Insulin,...keep your carbs low-gi besides post workout and you should be fine.



Tried that. I was on "no white anything" and I ended up on Metformin.

Felt like garbage.

Went into ketosis for almost a year, dropped a bunch of weight, and stopped getting migraines. So far, permanently.

Oh, and got off the type II diabetes meds.



Foods like Oats won't have a high insulin response, and will take you a while to digest. Certainly enough time to keep yourself satisfied for 3-4 hours until your next meal. On your off days, skip the post workout shake and you automatically "carb cycled". Add to that plenty of greens and you have yourself a great low fat diet free from the hunger pains.

No - YOU have YOURSELF a low fat diet free from hunger pains. I eat oatmeal and I'm freakishly hungry until I have a fatty, protein-rich meal.




On the other hand, you can lose fat on any diet that is high enough in protein, and keeps you below maintenince. All this other stuff is nitpicky.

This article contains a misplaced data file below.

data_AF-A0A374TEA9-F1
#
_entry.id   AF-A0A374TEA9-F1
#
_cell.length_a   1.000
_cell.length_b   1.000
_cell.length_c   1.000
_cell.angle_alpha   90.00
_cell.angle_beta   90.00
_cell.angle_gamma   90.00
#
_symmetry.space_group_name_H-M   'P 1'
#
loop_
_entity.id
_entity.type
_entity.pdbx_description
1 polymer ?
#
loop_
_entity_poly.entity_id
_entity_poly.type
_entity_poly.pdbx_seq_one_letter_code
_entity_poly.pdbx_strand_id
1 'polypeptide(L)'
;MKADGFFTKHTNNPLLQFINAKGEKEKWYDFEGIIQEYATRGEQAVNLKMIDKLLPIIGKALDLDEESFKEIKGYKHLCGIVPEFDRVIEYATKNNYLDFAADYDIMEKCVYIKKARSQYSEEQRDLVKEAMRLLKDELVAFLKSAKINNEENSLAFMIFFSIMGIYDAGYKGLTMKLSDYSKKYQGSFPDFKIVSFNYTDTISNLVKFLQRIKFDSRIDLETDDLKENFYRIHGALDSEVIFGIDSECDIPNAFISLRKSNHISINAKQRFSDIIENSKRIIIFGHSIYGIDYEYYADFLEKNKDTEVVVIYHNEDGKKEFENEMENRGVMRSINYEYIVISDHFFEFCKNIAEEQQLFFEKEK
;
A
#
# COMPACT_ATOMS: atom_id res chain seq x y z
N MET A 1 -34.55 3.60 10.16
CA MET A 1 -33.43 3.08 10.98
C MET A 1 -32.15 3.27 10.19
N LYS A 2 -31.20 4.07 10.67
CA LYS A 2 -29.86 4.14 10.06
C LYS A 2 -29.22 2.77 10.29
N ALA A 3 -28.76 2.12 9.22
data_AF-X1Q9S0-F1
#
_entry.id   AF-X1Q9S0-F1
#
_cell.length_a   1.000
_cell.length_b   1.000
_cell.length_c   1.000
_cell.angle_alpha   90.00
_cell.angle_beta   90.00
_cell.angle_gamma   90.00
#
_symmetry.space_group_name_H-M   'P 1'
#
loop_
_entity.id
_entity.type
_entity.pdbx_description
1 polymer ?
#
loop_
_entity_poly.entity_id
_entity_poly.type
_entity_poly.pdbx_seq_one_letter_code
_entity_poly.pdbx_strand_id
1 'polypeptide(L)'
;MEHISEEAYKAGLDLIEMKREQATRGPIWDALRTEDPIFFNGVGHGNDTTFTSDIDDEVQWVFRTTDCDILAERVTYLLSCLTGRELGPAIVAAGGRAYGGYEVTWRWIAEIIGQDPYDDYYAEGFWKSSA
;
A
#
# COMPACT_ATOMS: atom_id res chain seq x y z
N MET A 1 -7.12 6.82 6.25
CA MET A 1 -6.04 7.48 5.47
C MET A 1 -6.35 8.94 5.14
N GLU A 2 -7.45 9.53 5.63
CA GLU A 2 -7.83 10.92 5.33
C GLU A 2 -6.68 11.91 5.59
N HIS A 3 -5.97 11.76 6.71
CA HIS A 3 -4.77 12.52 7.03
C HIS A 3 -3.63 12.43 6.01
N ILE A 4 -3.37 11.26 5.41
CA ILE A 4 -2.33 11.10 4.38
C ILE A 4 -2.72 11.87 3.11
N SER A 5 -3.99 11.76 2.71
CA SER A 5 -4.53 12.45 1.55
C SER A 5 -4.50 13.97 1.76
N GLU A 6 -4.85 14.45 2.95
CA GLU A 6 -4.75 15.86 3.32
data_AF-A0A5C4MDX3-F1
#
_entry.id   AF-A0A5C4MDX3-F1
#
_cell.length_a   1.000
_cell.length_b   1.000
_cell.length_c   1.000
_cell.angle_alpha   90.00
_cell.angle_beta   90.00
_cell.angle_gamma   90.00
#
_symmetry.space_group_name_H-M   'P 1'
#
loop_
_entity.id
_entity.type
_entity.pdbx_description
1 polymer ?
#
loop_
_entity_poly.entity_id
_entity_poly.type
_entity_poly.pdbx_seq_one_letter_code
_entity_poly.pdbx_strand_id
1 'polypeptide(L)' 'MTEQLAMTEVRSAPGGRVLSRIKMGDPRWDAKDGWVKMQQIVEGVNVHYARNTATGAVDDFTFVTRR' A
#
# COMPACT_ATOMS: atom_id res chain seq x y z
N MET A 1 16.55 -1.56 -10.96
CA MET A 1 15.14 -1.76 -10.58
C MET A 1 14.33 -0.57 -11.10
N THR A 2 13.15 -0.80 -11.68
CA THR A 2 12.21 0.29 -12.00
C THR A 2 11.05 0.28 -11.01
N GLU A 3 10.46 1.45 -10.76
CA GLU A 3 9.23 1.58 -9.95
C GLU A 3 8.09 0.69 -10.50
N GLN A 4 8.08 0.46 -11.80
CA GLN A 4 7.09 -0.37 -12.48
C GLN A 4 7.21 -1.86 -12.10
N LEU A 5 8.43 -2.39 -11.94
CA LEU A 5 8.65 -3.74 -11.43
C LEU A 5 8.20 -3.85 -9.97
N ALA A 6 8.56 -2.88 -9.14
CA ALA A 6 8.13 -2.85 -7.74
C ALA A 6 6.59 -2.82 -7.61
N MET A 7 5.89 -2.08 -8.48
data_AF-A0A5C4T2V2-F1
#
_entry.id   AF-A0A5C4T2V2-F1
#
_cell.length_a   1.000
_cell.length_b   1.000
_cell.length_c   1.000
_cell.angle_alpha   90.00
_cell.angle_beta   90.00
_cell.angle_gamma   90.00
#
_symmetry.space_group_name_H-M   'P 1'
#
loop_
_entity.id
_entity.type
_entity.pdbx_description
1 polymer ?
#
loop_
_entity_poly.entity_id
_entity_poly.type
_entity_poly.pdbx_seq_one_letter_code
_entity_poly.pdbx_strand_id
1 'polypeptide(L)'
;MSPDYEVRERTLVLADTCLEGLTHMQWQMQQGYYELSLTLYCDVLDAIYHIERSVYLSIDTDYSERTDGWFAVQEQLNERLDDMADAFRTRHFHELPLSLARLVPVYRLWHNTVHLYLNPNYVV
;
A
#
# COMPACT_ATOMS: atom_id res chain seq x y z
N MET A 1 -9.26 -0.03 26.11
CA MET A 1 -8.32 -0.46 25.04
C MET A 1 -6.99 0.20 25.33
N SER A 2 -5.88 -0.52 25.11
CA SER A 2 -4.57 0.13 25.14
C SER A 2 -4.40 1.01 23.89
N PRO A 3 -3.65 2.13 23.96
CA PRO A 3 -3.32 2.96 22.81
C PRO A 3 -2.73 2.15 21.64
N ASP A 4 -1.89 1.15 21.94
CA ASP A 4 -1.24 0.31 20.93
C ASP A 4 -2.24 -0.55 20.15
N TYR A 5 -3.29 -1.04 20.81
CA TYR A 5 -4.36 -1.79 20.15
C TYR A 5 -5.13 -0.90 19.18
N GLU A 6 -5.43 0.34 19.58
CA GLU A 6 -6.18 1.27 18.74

It has to work for you.

Something you may not realize is that women are more insulin resistant than men, and this is from before we're born. Many of us may diet better on a lower carb, higher fat paradigm.

CrazyK
09-18-2006, 02:32 PM
I got an engineering degree while in ketosis. Fun stuff.While in ketosis...to get yourself in that you have to go very low carb, about sub 30g...Also no one ever said you can't get lean off of a diet that is moderate/high in fats, it is just what is more efficient at mainitaining muscle mass and fueling your workouts.

Built
09-18-2006, 02:35 PM
While in ketosis...to get yourself in that you have to go very low carb, about sub 30g...Also no one ever said you can't get lean off of a diet that is moderate/high in fats, it is just what is more efficient at mainitaining muscle mass and fueling your workouts.